In the current context, what is the CNIL's control strategy for 2020?

On March 12, the French Data Protection Authority (CNIL) published its inspection strategy for 2020.

The publication of the CNIL’s annual control program is always an important element that the companies should take into consideration to be prepared for it. While the CNIL's on-site inspections will necessarily be postponed in the immediate future due to COVID-19, this program covers the entire year, and also concerns its other inspection methods, which are carried out online, on the basis of documents or by mail. The CNIL indicates on its website that it carries out thousands of investigations each year.

Whatever its method, an audit may follow a complaint (customers, employees, Internet users, association, trade union, etc.), a topic revealed in the news, a data breach, or be part of the CNIL's annual program.

The CNIL strong positioning in 2020

The control strategy for 2019 was characterized by the authority’s will to put an end to the post-GDPR transition period, the CNIL considering that the companies now had sufficient time to complete their compliance program with the new regulation.

Therefore, the CNIL's punitive actions intensified in 2019, which will continue in 2020, with a strong focus on the matters identified in the CNIL’s annual plan. The CNIL is the most repressive data protection authority in the European Union, with a total amount of €51.1 million in administrative fines imposed since the GDPR came into force (the German authority comes in second place with approximately €24.6 million in fines).

3 themes in 2020 that target the everyday life of the French people

For 2020, the French authority declared that it will concentrate about 20% of its action on 3 main areas:

Security of health data,
New uses of geolocation data,
Cookies and other tracking devices.

In 2019, the subject matters of the CNIL’s program were data subjects’ rights, children’s personal data, and the allocation of responsibilities between data controllers and data processors.

This year, the CNIL intends to target specific categories of personal data processing. Health data processing are considered "risky" processing, since health data is treated as sensitive data and must be subject to special precautions and measures. The CNIL argues that "Recent current events regarding health (telemedicine, connected health devices, personal data breach within public institutions ...) shows the attention that must be paid to the security of health data processing".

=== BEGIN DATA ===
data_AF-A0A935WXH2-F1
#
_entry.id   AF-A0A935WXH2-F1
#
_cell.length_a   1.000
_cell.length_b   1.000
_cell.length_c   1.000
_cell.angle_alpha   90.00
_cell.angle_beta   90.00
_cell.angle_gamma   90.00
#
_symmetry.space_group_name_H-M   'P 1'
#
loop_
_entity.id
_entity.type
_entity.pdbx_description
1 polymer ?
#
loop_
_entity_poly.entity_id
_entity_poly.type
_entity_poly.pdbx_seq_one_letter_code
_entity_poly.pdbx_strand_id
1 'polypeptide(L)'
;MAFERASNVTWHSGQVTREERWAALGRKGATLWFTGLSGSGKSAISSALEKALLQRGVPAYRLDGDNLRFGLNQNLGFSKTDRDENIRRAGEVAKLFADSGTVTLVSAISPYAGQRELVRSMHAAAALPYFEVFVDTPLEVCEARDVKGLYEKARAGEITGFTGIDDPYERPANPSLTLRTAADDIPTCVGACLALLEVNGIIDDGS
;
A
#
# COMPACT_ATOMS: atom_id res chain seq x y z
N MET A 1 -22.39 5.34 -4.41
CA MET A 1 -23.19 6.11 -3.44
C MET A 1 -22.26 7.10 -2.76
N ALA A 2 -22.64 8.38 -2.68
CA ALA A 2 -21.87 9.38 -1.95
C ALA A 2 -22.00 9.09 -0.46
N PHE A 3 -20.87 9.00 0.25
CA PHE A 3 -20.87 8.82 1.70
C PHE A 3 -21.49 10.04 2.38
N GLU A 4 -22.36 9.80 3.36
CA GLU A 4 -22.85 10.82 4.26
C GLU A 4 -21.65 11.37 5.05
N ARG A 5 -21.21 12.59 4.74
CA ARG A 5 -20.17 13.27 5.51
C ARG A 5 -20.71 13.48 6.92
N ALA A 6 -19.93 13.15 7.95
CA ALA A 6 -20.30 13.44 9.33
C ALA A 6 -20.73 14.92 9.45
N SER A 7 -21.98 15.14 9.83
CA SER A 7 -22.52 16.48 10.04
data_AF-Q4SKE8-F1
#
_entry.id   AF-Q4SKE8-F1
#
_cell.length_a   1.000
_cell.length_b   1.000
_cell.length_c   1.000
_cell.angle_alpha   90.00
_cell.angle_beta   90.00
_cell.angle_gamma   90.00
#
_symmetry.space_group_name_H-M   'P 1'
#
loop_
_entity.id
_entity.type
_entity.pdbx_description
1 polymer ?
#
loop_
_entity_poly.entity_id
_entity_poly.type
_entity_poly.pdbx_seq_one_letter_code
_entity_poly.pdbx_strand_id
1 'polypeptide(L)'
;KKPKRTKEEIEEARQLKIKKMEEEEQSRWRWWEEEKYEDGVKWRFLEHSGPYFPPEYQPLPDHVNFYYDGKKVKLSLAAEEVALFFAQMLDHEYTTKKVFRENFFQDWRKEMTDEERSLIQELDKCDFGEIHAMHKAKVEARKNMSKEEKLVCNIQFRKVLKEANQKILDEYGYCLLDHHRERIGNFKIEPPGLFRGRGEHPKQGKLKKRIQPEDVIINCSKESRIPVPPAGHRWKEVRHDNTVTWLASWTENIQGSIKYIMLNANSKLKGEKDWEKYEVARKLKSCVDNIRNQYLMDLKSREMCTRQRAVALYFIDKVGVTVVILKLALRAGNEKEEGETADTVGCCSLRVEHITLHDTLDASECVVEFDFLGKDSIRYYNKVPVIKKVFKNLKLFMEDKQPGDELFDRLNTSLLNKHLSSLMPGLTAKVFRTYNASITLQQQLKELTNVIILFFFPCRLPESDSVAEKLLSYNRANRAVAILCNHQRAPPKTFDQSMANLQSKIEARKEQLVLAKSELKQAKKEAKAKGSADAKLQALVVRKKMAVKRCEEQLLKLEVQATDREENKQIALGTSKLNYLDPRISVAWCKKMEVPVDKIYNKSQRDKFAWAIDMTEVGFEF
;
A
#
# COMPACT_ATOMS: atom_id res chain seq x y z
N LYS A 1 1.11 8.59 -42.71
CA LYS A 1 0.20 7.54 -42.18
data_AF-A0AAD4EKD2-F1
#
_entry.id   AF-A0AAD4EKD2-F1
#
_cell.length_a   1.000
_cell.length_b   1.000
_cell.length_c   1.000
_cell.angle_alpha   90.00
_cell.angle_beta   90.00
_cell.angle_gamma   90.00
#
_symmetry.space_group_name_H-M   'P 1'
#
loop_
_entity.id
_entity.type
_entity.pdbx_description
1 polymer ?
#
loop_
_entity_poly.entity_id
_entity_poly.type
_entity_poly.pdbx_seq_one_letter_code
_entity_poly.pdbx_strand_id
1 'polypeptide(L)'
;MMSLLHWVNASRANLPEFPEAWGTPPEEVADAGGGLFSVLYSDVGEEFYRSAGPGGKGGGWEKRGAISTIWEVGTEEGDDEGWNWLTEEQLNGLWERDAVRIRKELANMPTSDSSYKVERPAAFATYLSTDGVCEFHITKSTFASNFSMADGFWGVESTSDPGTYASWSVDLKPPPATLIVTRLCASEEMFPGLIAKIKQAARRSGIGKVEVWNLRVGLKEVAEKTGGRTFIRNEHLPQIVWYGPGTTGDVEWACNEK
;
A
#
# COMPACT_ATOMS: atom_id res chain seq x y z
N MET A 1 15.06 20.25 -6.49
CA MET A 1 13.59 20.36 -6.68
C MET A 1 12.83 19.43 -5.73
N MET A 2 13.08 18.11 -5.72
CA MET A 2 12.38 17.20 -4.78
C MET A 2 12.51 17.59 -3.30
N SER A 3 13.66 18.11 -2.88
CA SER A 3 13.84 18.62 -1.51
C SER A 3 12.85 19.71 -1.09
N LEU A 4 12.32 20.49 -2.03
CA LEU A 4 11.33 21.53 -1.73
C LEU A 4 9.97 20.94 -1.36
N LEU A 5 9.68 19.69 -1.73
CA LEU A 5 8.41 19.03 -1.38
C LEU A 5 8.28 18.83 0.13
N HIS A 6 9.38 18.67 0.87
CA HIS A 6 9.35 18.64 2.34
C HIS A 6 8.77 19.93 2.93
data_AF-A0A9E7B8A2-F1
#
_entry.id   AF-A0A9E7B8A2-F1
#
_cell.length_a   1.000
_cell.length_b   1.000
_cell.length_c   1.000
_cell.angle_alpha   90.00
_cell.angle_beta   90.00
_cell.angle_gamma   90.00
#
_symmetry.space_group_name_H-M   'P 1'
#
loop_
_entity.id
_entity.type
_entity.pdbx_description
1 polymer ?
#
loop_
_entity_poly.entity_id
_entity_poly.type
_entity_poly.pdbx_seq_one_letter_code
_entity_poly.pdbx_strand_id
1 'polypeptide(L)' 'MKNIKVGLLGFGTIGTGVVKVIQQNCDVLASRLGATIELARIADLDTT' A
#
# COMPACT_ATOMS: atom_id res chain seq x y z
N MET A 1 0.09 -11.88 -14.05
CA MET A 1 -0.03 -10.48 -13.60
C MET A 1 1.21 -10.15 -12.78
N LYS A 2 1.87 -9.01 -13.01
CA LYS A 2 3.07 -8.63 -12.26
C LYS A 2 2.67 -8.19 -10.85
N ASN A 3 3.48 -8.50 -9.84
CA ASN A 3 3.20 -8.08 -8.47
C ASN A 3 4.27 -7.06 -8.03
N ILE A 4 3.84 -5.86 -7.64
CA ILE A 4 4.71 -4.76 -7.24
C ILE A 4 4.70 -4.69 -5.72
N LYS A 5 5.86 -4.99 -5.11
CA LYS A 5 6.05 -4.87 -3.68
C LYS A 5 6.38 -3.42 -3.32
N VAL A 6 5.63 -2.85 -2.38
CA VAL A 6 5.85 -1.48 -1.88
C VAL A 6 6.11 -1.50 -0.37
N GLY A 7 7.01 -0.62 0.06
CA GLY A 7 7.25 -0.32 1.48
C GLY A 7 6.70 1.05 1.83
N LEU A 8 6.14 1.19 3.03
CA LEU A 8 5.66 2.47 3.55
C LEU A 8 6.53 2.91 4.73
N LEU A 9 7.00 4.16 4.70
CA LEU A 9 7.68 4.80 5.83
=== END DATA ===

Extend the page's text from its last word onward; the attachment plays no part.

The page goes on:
Processing involving geolocation data and cookies use large volumes of data; the CNIL considers such processing to be particularly intrusive in the everyday life of the French people.

In all respects, the CNIL wishes to address the privacy issues and concerns raised by these new uses now affecting all aspects of everyday life and impacting the relation to health, mobility and online services.

The 2020 program is in line with the CNIL’s previous initiatives

The CNIL has already addressed the processing of geolocation data in the Ad Tech sector over the last few years. This year, the authority will also monitor local and mobility services that use geolocation (optimisation of travel routes, exchange platforms for example or other services). The authority states that it will in particular monitor the proportionality of the data collected, the data retention periods, the information provided to the data subjects and security measures.

Professionals will have to pay particular attention to cookies and other tracking devices. Indeed, without waiting for the adoption of the future e-Privacy Regulation, the CNIL adopted new guidelines in July 2019 and published, in January 2020, a draft recommendation submitted for public consultation, which should be once and for all adopted in the coming weeks. Following a 6-month adjustment period from the final publication of the recommendation, CNIL's inspections and punitive actions will follow. This is the transitional period previously announced by the CNIL to allow the players concerned to bring themselves into compliance.

However, it should be noted that the CNIL has already initiated several investigations on major online advertising companies, encouraging them to acknowledge the new draft recommendation and to help online users to keep control over their personal data. The CNIL has also already launched other inspections since the beginning of the year on the themes of its inspection program for 2020.

In the current context, on-site inspections will most likely be postponed at the end of the sanitary crisis that France is going through or at least after the containment measures announced by the French government on 16 March 2020. Nevertheless, the CNIL agents remain in operation, remotely, which means that the other types of inspections could be implemented (or even replace certain inspections initially planned on the spot).




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